Keio Dentetsu – highway-buses.jp reviewed

In our recent travels around Japan, Shana and I have been going for bus travel to save money. It costs a fair bit to use shinkansen and flying low cost airlines isn’t a savings guarantee. From Sendai there several options for bus travel but Willer Express is the company that we have chosen now for three separate trips to Tokyo because of their English friendly booking system and their relatively low cost fares. Sadly, Willer does not operate everywhere in Japan. Certain destinations require using other bus companies or spending the money on shinkansen and regular train fare. We recently took a trip to Hakuba, which is a small town in the western mountains of the Nagano prefecture. Keio Dentetsu offers direct busses from Shinjuku station to Hakuba for around 4,700円Keio bus terminal

Keio operates a bus system that brings together highway buses from all around central and south central Japan, a bit like a bus cooperative. In Nagano, the buses that Keio uses are from Alpico Kotsu. I think it is important to understand that not all the buses that Keio uses will come from the same company, so your results maybe very different than my experience.

Keio has two websites (Japanese and English). The English page is watered down substantially and focuses solely on four tourist destinations because it is apparently unthinkable that anyone would want to travel anywhere else if they are not Japanese. When going through the reservation process there is an option to book one way tickets but only from Shinjuku or Nagoya. Despite all that, the English site is simple, and well laid out if you need to book a round trip ticket. A seat will be reserved for you and you show up and pay at the terminal the day of your departure. Be aware, the terminal is cash only. You can also purchase tickets without a reservation but during peak season you may not get a seat.Screen shot from Highway-buses.jp/enThe Japanese page (if you can read it) has some benefits. First off, there are special prices and promotions for certain routes offered on the Japanese website. Second, there are far more options for booking buses through the Japanese website, as well as one way options in any direction. Finally you can register an account on the Japanese page, to earn points towards future bus travel, get email reminders, special pricing, manage bookings and save favorite routes. The Japanese site also offers a smart phone version of the main site that would allow you to login and do any reservations adjustments, provided you can read Japanese or have someone who can read Japanese, do it for you. Below are all areas serviced by Keio bus listed on the Japanese version of the main website.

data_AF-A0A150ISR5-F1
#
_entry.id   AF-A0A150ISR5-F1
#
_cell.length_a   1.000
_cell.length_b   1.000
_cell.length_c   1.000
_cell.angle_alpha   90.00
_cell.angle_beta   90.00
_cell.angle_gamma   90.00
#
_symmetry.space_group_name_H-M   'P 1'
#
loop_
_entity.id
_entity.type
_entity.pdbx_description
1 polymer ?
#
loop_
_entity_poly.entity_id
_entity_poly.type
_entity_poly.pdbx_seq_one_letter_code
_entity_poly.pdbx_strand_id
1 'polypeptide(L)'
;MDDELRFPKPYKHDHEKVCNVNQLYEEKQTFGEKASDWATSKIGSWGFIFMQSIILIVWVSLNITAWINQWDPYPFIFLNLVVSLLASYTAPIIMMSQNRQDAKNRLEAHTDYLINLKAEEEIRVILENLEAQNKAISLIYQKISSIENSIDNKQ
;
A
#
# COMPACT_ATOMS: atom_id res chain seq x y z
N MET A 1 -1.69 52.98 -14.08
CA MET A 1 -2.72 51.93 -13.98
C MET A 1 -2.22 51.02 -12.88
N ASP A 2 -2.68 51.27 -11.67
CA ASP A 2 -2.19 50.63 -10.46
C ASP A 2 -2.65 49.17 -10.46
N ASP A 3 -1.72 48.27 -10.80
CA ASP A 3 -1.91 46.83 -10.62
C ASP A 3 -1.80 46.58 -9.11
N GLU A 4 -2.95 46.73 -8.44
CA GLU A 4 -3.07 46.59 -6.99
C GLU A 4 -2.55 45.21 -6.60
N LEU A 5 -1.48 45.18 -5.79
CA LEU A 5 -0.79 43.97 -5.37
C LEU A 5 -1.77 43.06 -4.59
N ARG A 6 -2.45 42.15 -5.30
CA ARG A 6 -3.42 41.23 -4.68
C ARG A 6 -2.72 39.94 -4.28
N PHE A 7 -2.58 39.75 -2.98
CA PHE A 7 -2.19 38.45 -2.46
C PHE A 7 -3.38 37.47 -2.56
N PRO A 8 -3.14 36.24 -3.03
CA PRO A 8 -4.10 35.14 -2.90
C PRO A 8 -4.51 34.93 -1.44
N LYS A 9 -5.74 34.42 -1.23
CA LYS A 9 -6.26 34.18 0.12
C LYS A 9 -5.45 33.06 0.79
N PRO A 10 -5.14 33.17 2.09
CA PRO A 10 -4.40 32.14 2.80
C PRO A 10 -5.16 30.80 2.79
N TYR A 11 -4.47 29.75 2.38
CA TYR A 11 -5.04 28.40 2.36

I booked roundtrip tickets through the English version of their page and did not receive and email confirmation. It may have ended up in my junk folder, but I couldn’t find it so be careful. A phone number is required to complete the reservation and they were able to look up my reservation using my Japanese phone number. When I finished my booking I was able to save a PDF of my booking confirmation.

Keio bus terminalThe bus terminal in Shinjuku is very easy to get to from the West or the South exit of the JR lines.  It is right across the street from the station and in front of Yodobashi Camera (ヨドバシカメラ). Despite the place being a little hectic (and what isn’t in downtown Tokyo) it was very well run. I was able to pay for my tickets very quickly and set my stuff down. The buses leaving the station are very punctual. I didn’t see a single bus leave more than a minute behind its scheduled departure time, I would not be late for these buses. Basically the opposite of everything in Greece.